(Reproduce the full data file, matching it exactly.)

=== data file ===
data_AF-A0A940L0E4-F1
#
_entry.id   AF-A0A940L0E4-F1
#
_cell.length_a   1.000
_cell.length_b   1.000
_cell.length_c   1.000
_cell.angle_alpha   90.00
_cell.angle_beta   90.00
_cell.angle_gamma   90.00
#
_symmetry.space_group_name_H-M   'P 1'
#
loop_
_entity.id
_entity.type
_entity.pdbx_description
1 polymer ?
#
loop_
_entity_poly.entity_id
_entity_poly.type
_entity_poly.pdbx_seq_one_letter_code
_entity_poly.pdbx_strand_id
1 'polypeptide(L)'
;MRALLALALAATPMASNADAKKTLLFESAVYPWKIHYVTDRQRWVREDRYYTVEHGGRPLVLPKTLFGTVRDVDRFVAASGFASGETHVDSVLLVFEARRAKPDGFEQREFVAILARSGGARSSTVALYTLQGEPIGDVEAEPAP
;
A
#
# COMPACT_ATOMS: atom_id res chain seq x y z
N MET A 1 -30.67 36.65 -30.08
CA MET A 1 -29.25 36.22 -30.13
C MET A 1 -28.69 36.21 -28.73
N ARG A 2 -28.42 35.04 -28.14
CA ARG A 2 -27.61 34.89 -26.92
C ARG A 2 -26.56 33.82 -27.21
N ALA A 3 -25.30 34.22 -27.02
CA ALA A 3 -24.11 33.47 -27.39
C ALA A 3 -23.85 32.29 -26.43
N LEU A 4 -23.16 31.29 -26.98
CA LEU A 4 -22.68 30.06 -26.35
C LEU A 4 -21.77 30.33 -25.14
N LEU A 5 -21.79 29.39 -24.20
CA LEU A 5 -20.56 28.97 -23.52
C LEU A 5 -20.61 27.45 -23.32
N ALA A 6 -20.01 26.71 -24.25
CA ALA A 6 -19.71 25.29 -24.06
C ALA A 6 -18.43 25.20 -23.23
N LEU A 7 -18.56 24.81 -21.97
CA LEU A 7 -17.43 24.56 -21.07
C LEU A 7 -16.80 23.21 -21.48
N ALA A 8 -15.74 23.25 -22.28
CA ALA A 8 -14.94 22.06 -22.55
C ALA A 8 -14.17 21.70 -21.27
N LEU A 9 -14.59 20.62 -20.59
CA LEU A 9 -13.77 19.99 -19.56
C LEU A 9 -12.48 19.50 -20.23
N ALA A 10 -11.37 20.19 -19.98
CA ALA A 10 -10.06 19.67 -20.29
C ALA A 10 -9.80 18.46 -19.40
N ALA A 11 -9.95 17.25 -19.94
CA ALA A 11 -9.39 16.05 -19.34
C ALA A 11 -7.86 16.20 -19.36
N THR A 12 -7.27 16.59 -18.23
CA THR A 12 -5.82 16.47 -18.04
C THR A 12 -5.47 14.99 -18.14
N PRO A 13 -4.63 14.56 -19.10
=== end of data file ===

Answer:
data_AF-A0A940L0E4-F1
#
_entry.id   AF-A0A940L0E4-F1
#
_cell.length_a   1.000
_cell.length_b   1.000
_cell.length_c   1.000
_cell.angle_alpha   90.00
_cell.angle_beta   90.00
_cell.angle_gamma   90.00
#
_symmetry.space_group_name_H-M   'P 1'
#
loop_
_entity.id
_entity.type
_entity.pdbx_description
1 polymer ?
#
loop_
_entity_poly.entity_id
_entity_poly.type
_entity_poly.pdbx_seq_one_letter_code
_entity_poly.pdbx_strand_id
1 'polypeptide(L)'
;MRALLALALAATPMASNADAKKTLLFESAVYPWKIHYVTDRQRWVREDRYYTVEHGGRPLVLPKTLFGTVRDVDRFVAASGFASGETHVDSVLLVFEARRAKPDGFEQREFVAILARSGGARSSTVALYTLQGEPIGDVEAEPAP
;
A
#
# COMPACT_ATOMS: atom_id res chain seq x y z
N MET A 1 -30.67 36.65 -30.08
CA MET A 1 -29.25 36.22 -30.13
C MET A 1 -28.69 36.21 -28.73
N ARG A 2 -28.42 35.04 -28.14
CA ARG A 2 -27.61 34.89 -26.92
C ARG A 2 -26.56 33.82 -27.21
N ALA A 3 -25.30 34.22 -27.02
CA ALA A 3 -24.11 33.47 -27.39
C ALA A 3 -23.85 32.29 -26.43
N LEU A 4 -23.16 31.29 -26.98
CA LEU A 4 -22.68 30.06 -26.35
C LEU A 4 -21.77 30.33 -25.14
N LEU A 5 -21.79 29.39 -24.20
CA LEU A 5 -20.56 28.97 -23.52
C LEU A 5 -20.61 27.45 -23.32
N ALA A 6 -20.01 26.71 -24.25
CA ALA A 6 -19.71 25.29 -24.06
C ALA A 6 -18.43 25.20 -23.23
N LEU A 7 -18.56 24.81 -21.97
CA LEU A 7 -17.43 24.56 -21.07
C LEU A 7 -16.80 23.21 -21.48
N ALA A 8 -15.74 23.25 -22.28
CA ALA A 8 -14.94 22.06 -22.55
C ALA A 8 -14.17 21.70 -21.27
N LEU A 9 -14.59 20.62 -20.59
CA LEU A 9 -13.77 19.99 -19.56
C LEU A 9 -12.48 19.50 -20.23
N ALA A 10 -11.37 20.19 -19.98
CA ALA A 10 -10.06 19.67 -20.29
C ALA A 10 -9.80 18.46 -19.40
N ALA A 11 -9.95 17.25 -19.94
CA ALA A 11 -9.39 16.05 -19.34
C ALA A 11 -7.86 16.20 -19.36
N THR A 12 -7.27 16.59 -18.23
CA THR A 12 -5.82 16.47 -18.04
C THR A 12 -5.47 14.99 -18.14
N PRO A 13 -4.63 14.56 -19.10